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Subject: RE: [wss] Encrypting a password

I originally agreed with your point about the availability of encryption between the web service consumer and provider obviating the need for a password.  However, it occurred to me that the password being sent by the consumer could be for the end user that it is acting on behalf of.  

Your assessment of the replay attack risks are definitely worth noting, but this still appears to be a valid scenario.

-----Original Message-----
From: Hal Lockhart [mailto:hlockhar@bea.com]
Sent: Tuesday, March 18, 2003 6:16 PM
To: Web Services Security
Subject: [wss] Encrypting a password

One of the test scenarios proposed for the interop is to pass a username
token with an encrypted password in it. I have been thinking about this a
bit recently.

I would like to start by proposing a guiding principle. I believe that these
scenarios will be noted by many people and it is likely they will be taken
as guidelines for applying the constructs found in our specifications, in
some cases by those with no involvement in this TC. Therefore I propose:

While some of the interop tests may be purely intended to exercise features
of the specification, while providing little real world utility, we should
not propose any usage which is inherently insecure or represents poor
security practice.

With this in mind, I have been thinking about encrypting a password. My
first observation is that if our goal is merely to test encryption and
decryption code for interoperability, we could easily avoid the
complications that follow by encrypting some user attribute instead of the
password. Unfortunately, the only user attribute we have in hand it the
Username. Why not encrypt that? That even has a plausible usecase: a user
who wishes to remain anonymous to third parties.

Assuming some will still wish to encrypt a password, in the spirit of my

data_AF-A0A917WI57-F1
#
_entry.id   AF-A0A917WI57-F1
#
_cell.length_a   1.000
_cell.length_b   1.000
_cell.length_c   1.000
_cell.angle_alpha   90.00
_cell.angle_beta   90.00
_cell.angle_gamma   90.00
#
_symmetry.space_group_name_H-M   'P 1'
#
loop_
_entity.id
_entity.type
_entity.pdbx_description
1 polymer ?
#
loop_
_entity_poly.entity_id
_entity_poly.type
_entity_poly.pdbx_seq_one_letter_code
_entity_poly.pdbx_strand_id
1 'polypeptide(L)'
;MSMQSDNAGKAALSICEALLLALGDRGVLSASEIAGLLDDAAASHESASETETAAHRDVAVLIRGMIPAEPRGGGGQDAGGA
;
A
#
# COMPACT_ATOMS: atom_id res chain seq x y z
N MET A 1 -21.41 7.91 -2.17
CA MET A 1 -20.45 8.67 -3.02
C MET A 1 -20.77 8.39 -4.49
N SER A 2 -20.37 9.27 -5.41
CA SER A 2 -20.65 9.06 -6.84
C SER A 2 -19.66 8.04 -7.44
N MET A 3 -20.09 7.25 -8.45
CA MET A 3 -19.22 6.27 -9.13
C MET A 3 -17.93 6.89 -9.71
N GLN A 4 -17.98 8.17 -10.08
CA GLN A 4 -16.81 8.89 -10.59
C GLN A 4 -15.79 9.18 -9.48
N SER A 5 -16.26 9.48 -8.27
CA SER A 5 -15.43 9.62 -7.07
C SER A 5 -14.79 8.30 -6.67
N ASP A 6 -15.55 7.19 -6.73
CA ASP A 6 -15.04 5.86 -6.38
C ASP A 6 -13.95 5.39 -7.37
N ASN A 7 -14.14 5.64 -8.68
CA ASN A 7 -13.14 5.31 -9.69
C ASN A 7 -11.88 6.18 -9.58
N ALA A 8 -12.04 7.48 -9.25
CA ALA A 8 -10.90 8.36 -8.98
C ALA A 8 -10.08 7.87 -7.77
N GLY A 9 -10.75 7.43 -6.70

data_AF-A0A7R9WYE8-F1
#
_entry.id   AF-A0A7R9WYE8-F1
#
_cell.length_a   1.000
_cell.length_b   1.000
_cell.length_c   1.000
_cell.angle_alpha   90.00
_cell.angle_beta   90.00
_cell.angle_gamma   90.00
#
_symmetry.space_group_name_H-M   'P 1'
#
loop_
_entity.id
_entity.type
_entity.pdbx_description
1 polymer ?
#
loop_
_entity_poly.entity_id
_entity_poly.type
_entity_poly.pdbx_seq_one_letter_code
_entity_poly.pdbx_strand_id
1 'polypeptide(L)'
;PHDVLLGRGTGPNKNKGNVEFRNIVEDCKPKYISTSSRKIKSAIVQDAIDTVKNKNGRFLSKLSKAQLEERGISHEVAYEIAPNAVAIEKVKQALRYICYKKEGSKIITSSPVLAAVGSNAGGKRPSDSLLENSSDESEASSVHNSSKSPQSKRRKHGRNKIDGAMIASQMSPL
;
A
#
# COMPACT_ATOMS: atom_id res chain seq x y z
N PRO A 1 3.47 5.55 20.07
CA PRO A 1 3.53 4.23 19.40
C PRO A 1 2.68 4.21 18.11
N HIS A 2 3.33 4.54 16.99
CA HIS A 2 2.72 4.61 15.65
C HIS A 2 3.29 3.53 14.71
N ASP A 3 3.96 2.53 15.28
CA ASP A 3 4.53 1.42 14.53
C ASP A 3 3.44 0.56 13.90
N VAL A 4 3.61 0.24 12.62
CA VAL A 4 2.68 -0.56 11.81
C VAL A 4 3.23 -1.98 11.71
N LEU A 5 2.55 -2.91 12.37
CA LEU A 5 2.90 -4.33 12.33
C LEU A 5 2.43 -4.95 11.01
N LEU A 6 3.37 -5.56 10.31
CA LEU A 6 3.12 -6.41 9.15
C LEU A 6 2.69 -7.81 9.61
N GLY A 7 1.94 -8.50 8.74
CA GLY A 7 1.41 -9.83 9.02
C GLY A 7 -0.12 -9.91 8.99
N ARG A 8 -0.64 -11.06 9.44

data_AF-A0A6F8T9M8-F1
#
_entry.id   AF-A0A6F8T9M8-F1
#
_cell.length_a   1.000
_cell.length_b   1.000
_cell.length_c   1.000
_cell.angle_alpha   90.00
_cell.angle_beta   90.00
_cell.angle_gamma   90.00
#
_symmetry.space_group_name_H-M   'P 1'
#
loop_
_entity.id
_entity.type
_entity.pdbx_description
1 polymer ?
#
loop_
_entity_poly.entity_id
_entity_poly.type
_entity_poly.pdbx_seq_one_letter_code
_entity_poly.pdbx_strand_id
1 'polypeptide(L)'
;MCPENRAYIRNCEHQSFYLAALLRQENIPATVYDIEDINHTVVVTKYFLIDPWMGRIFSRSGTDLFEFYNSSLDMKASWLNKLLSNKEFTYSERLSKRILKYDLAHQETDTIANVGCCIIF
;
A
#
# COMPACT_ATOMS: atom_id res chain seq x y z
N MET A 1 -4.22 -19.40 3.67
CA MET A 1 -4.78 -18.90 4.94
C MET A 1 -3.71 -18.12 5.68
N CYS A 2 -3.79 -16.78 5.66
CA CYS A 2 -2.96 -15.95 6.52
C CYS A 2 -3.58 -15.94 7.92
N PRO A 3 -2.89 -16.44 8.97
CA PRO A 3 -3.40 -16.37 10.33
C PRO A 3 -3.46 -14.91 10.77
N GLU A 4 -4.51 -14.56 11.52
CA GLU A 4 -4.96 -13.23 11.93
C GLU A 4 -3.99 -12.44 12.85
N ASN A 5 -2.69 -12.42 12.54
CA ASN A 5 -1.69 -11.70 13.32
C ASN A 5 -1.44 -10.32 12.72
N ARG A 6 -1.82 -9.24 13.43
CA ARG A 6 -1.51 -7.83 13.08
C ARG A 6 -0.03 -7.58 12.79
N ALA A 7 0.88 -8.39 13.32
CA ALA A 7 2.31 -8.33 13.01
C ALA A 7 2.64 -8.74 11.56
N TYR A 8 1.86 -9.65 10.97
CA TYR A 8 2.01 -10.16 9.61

principle, I will now examine the security implications of doing so.

First let us get clear on the motivating usecase. As Peter Dapkus has
pointed out, if the sender and receiver have the ability to exchange
encrypted data, they already have available a more secure mans of
Authentication than presentation of a password.

Therefore, it only makes sense when the password is to be presented to a
backend system, such as a database or mainframe, that does not understand
the encryption. However, this case has less utility in practice than might
be thought. For performance reasons, a connection pool is typically used to
access a backend system. These connections would all be logged in to the
backend using some privileged account. Therefore the original user's
password (and identity) will not be propagated to the backend system.

When using an encrypted password, the obvious threat is a replay attack.
Assuming the key remains in use for some time, it might be thought that the
encrypted form of the password would be the same each time. However, XML-ENC
specifies the use of CBC mode for either AES or 3DES. (This is not the only
logical possibility in this case, as the typical password is shorter than
the 16 octet AES block size.) It further specifies that a different, random
Initialization Vector (IV) must be used each time.

However, this is not sufficient to prevent replay unless we actually check
to see if the IV is a duplicate. If we don't wish to save every IV we ever
receive, it is necessary to include a timestamp. It might also be desirable
to duplicate the IV into a Nonce element, just to make it easier to parse.

Of course, the timestamp is not worth much unless it is signed. If we are
doing signing, it would make just as much sense to drop the timestamp and
sign over the password and message body. This would leave it up to the
application to either detect duplicates or implement idempotent semantics.

The more I think about it the more I like encrypting the Username.


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